Drama: Coriolanus by William Shakespeare


Studying on your own requires self-discipline and a carefully thought-out work plan in order to be effective.

  1. Drama is a special kind of writing (the technical term is 'genre') because it needs a performance in the theatre to arrive at a full interpretation of its meaning. Try to imagine that you are a member of the audience when reading the play. Think about how it could be presented on the stage, not just about the words on the page.
  2. Drama is always about conflict of some sort (which may be below the surface). Identify the conflicts in the play and you will be close to identifying the large ideas or themes which bind all the parts together.
  3. Make careful notes on plot and any sub-plots, themes, characters of the play
  4. Why do you like or dislike the characters in the play? How do your feelings towards them develop and change?
  5. Playwrights find non-realistic ways of allowing an audience to see into the minds and motives of their characters, for example soliloquy, aside or music. Consider how much such dramatic devices are used in the play you are studying.
  6. Think of the playwright writing the play. Why were these particular arrangements of events, characters and speeches chose?
  7. Cite exact sources for all quotations, whether from the text itself or from critical commentaries. Wherever possible find your own examples from the play to back up your opinions.
  8. Always express your ideas in your own words.

OPEF Learning platform offers an introduction and insight to Death of a Salesman by Arthur Miller; OPEF Learning online revision notes cannot substitute for close reading of the text and the study of secondary sources.

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Poetry: The General Prologue

About The Canterbury Tales:

Geoffrey Chaucer wrote The Canterbury Tales, a collection of stories in a frame story, between 1387 and 1400. It is the story of a group of thirty people who travel as pilgrims to Canterbury (England). The pilgrims, who come from all layers of society, tell stories to each other to kill time while they travel to Canterbury. He never finished his enormous project and even the completed tales were not finally revised. Scholars are uncertain about the order of the tales. As the printing press had yet to be invented when Chaucer wrote his works, The Canterbury Tales has been passed down in several handwritten manuscripts.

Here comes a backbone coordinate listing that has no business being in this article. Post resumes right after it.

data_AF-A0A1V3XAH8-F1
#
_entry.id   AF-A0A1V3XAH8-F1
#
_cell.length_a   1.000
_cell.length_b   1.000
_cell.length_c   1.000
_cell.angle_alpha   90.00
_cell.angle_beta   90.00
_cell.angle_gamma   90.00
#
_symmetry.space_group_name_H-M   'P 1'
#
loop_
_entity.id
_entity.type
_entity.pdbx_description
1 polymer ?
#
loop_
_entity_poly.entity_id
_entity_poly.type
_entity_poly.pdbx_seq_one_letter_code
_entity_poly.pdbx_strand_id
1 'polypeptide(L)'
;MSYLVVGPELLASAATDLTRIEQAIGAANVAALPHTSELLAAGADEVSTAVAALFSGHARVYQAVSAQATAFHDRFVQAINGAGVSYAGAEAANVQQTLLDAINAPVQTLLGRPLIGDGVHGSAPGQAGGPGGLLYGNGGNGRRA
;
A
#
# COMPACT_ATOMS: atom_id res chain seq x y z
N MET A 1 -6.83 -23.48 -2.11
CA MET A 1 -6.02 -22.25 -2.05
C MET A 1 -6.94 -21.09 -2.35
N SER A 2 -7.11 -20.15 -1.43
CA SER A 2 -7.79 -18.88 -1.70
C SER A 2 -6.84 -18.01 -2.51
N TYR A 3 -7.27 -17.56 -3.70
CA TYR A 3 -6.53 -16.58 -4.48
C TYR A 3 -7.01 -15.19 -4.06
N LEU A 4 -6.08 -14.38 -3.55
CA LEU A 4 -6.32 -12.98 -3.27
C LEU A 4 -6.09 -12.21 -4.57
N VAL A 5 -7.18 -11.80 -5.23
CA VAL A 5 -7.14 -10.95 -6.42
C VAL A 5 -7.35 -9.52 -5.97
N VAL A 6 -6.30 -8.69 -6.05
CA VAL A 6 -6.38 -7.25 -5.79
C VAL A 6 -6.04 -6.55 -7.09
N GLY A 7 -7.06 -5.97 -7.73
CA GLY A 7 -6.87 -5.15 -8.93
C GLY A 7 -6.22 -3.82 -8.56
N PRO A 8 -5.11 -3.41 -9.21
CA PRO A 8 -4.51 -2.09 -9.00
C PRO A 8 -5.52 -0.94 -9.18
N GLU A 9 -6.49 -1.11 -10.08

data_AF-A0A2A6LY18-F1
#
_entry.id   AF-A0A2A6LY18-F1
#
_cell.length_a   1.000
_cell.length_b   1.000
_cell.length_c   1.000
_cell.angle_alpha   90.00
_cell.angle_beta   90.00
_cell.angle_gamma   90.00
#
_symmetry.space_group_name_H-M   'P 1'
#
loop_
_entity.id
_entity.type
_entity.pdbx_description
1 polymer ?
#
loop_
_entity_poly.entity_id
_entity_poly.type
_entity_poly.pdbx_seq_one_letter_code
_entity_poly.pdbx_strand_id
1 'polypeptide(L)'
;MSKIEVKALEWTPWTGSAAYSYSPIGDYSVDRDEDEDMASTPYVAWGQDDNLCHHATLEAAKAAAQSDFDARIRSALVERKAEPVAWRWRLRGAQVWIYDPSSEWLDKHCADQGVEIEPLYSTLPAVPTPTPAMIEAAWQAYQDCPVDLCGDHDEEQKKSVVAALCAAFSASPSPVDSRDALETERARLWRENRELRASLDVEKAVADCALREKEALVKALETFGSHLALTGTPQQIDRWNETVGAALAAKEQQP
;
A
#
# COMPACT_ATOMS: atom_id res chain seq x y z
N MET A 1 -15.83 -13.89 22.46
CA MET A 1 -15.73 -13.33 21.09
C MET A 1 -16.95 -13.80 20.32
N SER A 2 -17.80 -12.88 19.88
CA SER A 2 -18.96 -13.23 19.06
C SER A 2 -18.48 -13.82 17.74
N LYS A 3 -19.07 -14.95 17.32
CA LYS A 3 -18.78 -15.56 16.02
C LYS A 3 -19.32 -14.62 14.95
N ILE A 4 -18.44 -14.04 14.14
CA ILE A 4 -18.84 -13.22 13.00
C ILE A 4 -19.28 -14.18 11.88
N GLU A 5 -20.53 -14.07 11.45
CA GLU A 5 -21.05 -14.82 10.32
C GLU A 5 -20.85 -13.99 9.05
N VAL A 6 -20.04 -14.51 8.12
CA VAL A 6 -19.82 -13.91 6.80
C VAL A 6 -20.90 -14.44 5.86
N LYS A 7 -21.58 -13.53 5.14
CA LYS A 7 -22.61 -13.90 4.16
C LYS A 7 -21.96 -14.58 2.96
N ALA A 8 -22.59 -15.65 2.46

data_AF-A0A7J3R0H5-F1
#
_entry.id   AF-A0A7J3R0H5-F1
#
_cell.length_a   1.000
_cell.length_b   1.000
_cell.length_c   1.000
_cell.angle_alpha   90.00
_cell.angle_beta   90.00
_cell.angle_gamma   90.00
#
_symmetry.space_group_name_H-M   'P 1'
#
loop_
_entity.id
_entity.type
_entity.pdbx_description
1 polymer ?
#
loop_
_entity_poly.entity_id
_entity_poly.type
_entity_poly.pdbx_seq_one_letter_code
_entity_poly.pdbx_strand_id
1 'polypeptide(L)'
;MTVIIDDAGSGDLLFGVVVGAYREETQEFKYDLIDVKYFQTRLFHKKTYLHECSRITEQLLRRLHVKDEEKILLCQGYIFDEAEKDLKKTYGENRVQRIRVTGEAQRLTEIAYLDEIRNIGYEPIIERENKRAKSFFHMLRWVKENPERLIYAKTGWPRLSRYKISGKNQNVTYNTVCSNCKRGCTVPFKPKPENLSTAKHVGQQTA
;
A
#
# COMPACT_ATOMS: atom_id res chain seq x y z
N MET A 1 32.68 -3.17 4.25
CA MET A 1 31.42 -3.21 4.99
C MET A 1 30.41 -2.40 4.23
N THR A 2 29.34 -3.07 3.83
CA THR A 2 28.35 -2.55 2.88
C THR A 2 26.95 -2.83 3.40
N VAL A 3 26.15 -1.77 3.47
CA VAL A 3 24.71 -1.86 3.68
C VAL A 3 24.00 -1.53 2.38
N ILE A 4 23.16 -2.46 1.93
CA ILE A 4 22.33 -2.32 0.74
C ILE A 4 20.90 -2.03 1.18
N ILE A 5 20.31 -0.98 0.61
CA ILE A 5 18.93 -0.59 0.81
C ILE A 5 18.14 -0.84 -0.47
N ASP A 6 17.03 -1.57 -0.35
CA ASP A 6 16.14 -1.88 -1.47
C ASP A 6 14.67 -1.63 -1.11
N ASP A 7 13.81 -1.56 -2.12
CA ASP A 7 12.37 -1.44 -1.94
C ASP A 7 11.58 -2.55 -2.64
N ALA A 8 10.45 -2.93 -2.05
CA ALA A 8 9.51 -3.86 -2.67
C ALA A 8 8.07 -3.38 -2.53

About The General Prologue:

The General Prologue is the key to The Canterbury tales that narrates about the gathering of a group of people in an inn that intend to go on a pilgrimage to Canterbury (England) next morning. In the General Prologue, the narrator of The Canterbury Tales, who is one of the intended pilgrims, provides more or less accurate depictions of the members of the group and describes why and how The Canterbury Tales is told. If we trust the General Prologue, Chaucer determined that each pilgrim should tell two tales on the way to Canterbury and two tales on the way back. The host of the inn offers to be and is appointed as judge of the tales as they are told and is supposed to determine the best hence winning tale. As mentioned before, The Canterbury Tales was never finished.

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Poetry: The Merchant's Prologue and Tale

Geoffrey Chaucer's The Canterbury Tales:The Merchant's Prologue and Tale

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Literature: GCE AL Mock Exams OLD & NEW SYLLABUS

Access unlimited GCE AL Literature Paper 1 & 2 Mock Exams set by seasoned teachers with GCE AL marking experience to enhance your knowledge, understanding and competence in the subject.

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